“Looking over his track record of hiring, his track record of support … while there are these terrible things (in the report), there are also many, many people who had very positive things to say about him through this process.”
Where is the line drawn for unethical behavior in owners?
Silver was asked why a long list of behaviors over years of time that would have gotten most people fired did not lead to Sarver’s removal as a team owner.
He said he did not want to draw a line for other owners to potentially toe.
“There are particular rights here,” Silver said. “(There is a different between) someone who owns an NBA team as opposed to someone who is employed. I don’t have the right to take away his team … there could be a process. To me, the consequences are severe to Mr. Sarver, reputationally.
“There’s no neat answer here other than owning property, the rights to owning an NBA team, how that’s set up within our constitution, what it would take to move that team (from Sarver).”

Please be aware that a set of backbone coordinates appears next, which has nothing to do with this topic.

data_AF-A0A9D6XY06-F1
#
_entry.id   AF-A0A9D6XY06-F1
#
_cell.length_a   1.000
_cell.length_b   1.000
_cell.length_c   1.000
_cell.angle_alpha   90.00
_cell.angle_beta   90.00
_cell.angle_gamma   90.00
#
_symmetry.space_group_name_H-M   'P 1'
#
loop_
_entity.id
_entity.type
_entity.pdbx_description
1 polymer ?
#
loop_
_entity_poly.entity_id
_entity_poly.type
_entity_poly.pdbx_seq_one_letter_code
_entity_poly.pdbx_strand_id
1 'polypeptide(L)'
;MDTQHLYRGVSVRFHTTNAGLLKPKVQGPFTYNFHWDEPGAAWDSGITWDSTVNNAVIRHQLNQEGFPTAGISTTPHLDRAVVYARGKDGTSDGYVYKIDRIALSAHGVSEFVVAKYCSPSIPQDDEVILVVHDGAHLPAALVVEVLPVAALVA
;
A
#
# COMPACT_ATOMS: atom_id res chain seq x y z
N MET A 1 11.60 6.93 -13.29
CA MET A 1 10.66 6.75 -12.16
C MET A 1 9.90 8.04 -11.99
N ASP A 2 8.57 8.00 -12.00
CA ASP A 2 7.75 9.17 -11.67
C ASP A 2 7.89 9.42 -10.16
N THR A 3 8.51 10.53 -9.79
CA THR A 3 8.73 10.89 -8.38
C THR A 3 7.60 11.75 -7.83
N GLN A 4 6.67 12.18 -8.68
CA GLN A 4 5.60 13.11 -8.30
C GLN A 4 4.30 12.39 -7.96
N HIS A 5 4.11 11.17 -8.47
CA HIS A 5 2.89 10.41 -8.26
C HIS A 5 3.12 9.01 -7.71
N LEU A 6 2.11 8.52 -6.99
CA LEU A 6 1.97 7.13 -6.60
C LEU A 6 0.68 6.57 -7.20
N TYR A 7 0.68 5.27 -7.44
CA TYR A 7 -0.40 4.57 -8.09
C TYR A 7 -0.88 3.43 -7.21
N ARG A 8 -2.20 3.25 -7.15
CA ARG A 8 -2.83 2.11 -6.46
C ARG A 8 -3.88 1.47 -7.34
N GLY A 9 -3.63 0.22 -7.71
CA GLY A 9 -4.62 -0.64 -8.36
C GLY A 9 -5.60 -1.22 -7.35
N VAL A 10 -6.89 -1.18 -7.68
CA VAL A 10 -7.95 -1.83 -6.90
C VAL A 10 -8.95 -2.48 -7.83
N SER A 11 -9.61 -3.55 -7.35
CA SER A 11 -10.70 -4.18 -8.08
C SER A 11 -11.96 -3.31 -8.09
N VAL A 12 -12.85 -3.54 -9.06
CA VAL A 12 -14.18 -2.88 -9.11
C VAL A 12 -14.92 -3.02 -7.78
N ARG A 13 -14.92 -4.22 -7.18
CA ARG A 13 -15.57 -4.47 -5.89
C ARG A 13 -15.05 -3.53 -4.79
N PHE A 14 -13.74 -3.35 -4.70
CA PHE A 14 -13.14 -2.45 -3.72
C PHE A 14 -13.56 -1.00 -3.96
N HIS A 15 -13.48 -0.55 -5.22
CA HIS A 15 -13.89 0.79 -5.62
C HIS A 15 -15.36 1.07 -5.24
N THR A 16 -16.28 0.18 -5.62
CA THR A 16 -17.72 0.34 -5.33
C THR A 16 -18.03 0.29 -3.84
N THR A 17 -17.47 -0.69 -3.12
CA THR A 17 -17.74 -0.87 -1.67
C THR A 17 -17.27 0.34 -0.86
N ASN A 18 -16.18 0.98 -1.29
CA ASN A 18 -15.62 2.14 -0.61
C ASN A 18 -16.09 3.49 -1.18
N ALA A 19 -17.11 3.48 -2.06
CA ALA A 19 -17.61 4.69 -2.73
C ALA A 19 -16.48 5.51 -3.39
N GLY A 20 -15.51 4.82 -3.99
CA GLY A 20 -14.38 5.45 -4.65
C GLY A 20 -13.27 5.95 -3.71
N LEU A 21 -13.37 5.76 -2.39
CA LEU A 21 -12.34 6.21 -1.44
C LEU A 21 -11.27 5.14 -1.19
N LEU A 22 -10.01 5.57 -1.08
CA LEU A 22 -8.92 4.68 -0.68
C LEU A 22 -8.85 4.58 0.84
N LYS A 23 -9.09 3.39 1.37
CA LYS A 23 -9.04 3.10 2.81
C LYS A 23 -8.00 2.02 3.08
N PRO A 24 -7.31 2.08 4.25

The NBA office offered a clarification on that comment.
Regarding the reaction to commissioner Adam Silver's comments today about team owners having different rights than employees, NBA spokesman Mike Bass offered this clarification: pic.twitter.com/xT8LyAejev
— Shams Charania (@ShamsCharania) September 15, 2022
Does Sarver’s remorse seem genuine?
Silver was asked about Sarver’s 18-year track record, with many of the instances cited in the 43-page report. The commissioner said he believes Sarver has “evolved” — most of the cited instances in the report were from a while back, he mentioned.
In conversations with Silver, Sarver expressed remorse for his actions, the commissioner said.
Silver defended Sarver’s personal statement released Tuesday that said Sarver disagreed “with some of the particulars of the NBA’s report,” saying that he believed that to be about the context of some of Sarver’s listed indiscretions.
Is Sarver on a short leash once he returns?
Silver was asked if there had been guidelines laid out for Sarver once he returns from his suspension. Sarver must undergo training for proper workplace conduct as part of his punishment.
“No question he’s on notice,” Silver said. “He knows that.”